Volkswagen, one of the world’s largest producers of gas- and diesel-powered cars, is about to start spending $44 million to persuade Sacramentans to embrace electric vehicles.
Volkswagen’s plans for spending hundreds of millions of dollars promoting electric vehicles in California, part of its punishment for a massive air pollution scandal, won approval Thursday from the California Air Resources Board. The program includes designating Sacramento as its first “Green City,” where Volkswagen will spend $44 million developing an electric car-sharing service, building car-charging stations and providing other benefits over the next 30 months.
“We will not waste this opportunity,” Sacramento Mayor Darrell Steinberg told the Air Resources Board. He said the city wants to use the Green City programs as a launchpad to make “Sacramento a hub for alternative fuel technology.”
In a case involving state and federal officials, Volkswagen has agreed to spend more than $15 billion buying back vehicles and paying fines after admitting it rigged more than a half-million diesel cars with rogue software that cheated on air-pollution limits. The penalties include an agreement by Volkswagen to spend $800 million in California over the next 10 years promoting zero-emission vehicles, or ZEVs. The Air Resources Board’s decision Thursday covered the first $200 million in expenditures.
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The carmaker’s ZEV program has generated controversy.
Lawmakers and other critics said Volkswagen wasn’t doing enough to build charging stations and promote the technology in “disadvantaged communities,” the poorest regions of the state where air pollution is generally the worst. The Legislature approved language, attached to a budget trailer bill, requiring the air board to make sure Volkswagen makes a good-faith effort toward directing at least 35 percent of its ZEV investments in disadvantaged communities. The air board sent Volkswagen’s initial plan back to the shop for retooling.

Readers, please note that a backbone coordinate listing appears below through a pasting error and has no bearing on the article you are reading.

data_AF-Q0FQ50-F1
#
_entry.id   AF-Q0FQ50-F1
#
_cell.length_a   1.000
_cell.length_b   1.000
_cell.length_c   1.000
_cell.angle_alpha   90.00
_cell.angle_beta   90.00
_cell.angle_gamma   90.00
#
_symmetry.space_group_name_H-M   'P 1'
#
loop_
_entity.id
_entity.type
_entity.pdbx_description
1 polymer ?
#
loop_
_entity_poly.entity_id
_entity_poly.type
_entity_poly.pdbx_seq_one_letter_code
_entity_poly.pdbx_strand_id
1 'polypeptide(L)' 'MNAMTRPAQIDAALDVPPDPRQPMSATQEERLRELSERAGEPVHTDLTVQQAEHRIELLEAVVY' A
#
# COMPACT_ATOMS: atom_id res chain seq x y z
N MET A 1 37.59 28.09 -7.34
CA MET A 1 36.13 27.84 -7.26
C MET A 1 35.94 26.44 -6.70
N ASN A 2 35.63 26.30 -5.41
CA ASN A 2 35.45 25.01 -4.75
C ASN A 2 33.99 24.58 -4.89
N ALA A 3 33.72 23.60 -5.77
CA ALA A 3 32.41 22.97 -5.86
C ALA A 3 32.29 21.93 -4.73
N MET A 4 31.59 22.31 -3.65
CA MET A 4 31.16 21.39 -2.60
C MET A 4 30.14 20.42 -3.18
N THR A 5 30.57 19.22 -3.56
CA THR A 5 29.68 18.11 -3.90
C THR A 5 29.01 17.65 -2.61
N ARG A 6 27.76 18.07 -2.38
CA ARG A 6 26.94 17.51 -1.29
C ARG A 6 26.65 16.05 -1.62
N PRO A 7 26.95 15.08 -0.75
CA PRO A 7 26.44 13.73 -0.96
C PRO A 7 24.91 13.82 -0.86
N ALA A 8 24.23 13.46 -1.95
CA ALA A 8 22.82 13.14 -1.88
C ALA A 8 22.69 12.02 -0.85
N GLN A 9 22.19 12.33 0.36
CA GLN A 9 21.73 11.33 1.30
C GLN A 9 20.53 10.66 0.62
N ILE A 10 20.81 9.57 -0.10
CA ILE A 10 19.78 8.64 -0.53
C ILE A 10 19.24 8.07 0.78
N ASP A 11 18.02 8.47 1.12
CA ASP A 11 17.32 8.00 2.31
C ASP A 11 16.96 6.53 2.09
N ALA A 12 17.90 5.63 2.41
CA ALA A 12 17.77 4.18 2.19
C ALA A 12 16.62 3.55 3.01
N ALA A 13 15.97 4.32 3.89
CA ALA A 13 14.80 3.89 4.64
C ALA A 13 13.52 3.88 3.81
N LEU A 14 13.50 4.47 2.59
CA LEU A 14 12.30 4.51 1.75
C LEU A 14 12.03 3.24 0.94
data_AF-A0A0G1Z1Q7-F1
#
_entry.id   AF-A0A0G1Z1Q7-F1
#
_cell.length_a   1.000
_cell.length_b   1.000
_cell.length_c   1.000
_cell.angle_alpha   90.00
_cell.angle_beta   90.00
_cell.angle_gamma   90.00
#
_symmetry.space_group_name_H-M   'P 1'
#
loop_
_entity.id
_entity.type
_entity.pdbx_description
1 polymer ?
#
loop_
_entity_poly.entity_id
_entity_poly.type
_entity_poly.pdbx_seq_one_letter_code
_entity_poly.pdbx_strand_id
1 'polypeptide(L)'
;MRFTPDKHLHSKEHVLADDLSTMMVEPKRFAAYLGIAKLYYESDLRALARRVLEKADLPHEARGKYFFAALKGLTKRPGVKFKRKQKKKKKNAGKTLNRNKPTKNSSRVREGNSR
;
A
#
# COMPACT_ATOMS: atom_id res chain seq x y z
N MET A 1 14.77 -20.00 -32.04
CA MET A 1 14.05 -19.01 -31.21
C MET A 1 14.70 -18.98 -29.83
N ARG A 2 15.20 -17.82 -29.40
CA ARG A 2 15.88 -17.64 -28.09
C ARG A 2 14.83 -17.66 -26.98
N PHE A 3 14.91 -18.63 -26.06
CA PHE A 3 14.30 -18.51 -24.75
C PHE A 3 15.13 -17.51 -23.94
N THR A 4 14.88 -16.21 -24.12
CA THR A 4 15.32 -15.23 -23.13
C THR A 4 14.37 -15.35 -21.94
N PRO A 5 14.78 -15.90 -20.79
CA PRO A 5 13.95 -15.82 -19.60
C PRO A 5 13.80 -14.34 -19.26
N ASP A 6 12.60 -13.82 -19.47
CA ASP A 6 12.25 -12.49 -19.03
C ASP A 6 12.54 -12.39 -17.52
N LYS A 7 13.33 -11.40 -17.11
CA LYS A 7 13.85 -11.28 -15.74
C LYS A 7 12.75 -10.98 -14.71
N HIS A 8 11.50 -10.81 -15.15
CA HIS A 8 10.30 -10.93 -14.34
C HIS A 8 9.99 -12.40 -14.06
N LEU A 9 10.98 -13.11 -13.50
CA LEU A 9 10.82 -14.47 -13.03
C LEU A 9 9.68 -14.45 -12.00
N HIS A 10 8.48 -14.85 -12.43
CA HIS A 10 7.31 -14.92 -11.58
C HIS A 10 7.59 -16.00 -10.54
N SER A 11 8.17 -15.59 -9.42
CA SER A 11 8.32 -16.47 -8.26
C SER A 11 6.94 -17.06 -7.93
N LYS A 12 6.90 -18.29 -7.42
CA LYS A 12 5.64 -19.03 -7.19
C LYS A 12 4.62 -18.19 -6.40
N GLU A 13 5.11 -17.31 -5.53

Among other things, the carmaker’s revised plan calls for installing charging stations in Fresno, which was left out of the original proposal.
“We look forward to future investment up and down and across the valley,” said Genevieve Gale, of the Central Valley Air Quality Coalition in Fresno.
Mark McNabb, president of Volkswagen’s Electrify America subsidiary, told the board “you have my commitment and my intent” to hit the 35 percent threshold. Even so, board members were wary of Volkswagen’s business plan even as they approved it.
“The fundamental question is whether the state of California can trust you,” said board member Dean Florez, a former state senator.
McNabb said it was a fair question in light of Volkswagen’s earlier transgressions.
Volkswagen’s software switched off the vehicles’ emissions controls systems when the cars were on the open road, but activated the controls when the cars were undergoing pollution testing. The “defeat device” software was uncovered in 2015 by Air Resources Board engineers at the agency’s test lab in El Monte.
Volkswagen’s tainted diesel cars have been polluting at up to 40 times the legal limit, worsening smog levels in these communities, according to state officials.